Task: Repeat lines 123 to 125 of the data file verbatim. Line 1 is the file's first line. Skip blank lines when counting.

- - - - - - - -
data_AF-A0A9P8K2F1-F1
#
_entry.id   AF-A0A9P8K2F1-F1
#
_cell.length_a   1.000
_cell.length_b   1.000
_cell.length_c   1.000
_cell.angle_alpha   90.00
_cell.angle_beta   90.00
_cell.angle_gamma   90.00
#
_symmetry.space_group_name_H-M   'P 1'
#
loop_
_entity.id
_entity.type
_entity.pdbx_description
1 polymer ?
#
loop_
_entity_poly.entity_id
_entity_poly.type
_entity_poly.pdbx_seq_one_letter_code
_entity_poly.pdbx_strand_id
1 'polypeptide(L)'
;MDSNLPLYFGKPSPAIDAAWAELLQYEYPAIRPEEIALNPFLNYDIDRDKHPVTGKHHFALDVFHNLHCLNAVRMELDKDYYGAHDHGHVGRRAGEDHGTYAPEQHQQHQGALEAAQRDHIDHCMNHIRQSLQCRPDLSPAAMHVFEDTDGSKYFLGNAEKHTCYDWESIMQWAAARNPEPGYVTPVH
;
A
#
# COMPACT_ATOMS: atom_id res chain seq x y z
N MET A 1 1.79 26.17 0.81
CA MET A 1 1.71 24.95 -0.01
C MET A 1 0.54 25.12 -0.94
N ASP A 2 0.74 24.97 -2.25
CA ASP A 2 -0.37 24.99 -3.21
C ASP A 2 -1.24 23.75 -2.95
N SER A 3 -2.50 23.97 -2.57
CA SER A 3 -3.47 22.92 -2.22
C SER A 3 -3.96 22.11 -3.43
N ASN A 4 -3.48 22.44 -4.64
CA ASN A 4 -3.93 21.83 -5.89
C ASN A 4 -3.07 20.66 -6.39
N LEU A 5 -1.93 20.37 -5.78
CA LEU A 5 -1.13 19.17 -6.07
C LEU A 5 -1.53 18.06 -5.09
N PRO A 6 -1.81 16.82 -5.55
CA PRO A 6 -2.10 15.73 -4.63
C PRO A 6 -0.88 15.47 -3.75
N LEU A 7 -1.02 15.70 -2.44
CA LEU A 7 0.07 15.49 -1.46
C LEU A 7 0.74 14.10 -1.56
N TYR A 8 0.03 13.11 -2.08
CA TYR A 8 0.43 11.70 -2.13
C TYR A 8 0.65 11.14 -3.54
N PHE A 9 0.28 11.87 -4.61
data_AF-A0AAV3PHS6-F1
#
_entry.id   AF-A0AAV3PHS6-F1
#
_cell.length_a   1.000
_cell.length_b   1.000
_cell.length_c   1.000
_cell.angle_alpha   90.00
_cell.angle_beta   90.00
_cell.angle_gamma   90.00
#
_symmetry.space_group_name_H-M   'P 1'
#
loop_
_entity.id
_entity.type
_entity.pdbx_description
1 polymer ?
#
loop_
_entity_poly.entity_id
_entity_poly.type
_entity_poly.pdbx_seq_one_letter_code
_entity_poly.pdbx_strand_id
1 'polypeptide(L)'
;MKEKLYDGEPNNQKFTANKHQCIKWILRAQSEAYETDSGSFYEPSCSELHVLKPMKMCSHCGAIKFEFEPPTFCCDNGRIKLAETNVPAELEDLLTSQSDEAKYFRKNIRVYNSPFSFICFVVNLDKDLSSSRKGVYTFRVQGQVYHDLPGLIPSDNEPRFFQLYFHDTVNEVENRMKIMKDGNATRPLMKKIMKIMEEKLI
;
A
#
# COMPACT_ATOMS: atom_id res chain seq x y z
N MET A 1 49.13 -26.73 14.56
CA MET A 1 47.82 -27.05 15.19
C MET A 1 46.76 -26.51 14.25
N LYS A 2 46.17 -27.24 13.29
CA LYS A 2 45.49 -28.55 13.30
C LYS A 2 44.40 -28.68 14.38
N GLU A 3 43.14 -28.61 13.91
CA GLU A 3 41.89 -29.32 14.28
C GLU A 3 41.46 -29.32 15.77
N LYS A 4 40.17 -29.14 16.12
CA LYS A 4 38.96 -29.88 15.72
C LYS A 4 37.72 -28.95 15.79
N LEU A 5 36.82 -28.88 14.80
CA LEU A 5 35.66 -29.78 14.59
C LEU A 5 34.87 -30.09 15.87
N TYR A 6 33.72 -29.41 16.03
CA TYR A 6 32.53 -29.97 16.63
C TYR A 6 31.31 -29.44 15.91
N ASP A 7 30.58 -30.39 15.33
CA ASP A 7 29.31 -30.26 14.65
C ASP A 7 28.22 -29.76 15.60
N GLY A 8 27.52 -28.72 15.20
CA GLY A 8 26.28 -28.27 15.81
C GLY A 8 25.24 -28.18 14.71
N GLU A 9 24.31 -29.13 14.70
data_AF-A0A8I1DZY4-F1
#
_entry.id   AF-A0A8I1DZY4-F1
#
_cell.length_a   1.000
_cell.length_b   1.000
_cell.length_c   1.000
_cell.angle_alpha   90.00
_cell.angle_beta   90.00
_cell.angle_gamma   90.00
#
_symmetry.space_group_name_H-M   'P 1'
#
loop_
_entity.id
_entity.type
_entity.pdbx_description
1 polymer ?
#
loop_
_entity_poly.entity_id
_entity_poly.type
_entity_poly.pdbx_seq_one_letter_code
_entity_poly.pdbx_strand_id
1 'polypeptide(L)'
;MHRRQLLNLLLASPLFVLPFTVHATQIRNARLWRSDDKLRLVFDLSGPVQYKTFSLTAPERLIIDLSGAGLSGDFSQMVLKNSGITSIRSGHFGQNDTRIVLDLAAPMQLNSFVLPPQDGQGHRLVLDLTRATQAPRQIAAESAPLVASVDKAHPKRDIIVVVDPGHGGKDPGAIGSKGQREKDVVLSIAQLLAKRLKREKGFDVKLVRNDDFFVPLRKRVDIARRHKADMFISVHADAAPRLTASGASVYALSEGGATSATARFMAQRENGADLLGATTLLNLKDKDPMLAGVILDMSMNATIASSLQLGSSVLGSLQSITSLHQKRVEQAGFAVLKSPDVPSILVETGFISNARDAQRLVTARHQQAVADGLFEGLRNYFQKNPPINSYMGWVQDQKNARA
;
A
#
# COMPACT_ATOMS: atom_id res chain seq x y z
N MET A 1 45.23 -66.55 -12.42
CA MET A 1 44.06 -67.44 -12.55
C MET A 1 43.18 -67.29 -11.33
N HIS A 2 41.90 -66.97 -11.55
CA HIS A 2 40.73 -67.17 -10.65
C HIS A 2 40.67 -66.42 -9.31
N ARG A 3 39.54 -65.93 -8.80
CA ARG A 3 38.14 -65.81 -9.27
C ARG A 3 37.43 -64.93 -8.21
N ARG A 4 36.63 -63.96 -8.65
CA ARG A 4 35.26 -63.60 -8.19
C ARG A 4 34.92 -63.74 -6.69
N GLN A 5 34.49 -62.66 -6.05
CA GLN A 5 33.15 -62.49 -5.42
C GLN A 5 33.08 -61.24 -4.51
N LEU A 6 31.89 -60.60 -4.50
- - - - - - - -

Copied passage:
#
loop_
_entity.id